Legal woes just won't quit for mortgage giant

by Ryan Smith24 Sep 2013

In 1902, John Pierpont Morgan financed the creation of the company that would one day own the RMS Titanic. These days, lawyers for JPMorgan Chase & Co. probably know how the old financier felt on April 15, 1912.

The Department of Justice is getting ready to sue the beleaguered lending giant over mortgage bond sales in the days before the financial meltdown, Reuters reports.

Citing anonymous sources, Reuters reported Monday that a lawsuit could come as early as today. If so, the suit would come less than a week after JPMorgan paid $1bn to settle litigation surrounding its “London Whale” trading scandal.

The nation’s largest bank disclosed in an August SEC filing that it was under criminal and civil investigation into its mortgage-backed securities. In those cases, the government alleged that JPMorgan had violated securities laws when they offered securities backed by subprime and other deficient mortgages, according to Reuters.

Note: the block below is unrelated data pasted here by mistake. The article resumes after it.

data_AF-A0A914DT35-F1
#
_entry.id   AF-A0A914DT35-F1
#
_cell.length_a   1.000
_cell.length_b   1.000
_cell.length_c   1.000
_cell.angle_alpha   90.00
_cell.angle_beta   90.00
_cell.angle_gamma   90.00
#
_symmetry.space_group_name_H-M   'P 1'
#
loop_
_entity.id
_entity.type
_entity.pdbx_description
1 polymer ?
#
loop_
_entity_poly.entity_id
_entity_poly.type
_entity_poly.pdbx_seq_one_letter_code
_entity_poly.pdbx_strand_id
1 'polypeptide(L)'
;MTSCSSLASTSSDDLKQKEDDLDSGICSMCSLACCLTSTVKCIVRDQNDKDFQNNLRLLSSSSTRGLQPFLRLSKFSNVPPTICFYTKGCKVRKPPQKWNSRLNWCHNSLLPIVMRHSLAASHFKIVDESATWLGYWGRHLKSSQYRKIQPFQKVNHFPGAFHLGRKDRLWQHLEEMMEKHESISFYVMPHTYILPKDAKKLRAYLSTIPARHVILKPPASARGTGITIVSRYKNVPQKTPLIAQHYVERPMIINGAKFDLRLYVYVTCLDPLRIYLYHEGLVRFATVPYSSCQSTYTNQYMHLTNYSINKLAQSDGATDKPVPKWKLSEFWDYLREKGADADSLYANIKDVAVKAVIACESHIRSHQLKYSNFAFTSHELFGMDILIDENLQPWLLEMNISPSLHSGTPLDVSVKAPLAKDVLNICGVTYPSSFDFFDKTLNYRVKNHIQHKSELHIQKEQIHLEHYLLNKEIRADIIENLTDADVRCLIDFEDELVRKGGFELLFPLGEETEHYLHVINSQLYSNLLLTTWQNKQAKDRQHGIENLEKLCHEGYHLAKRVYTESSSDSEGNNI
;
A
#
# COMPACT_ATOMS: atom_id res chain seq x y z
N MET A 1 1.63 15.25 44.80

If reports of the new lawsuit are true, it marks only the latest of JPMorgan’s legal woes. Between 2008 and 2012, JPMorgan spent $17.7bn on litigation alone, and is currently facing more regulatory enforcement actions than any other U.S. bank, as well as at least seven separate Justice Department investigations. It’s also facing numerous lawsuits.


Should CFPB have more supervision over credit agencies?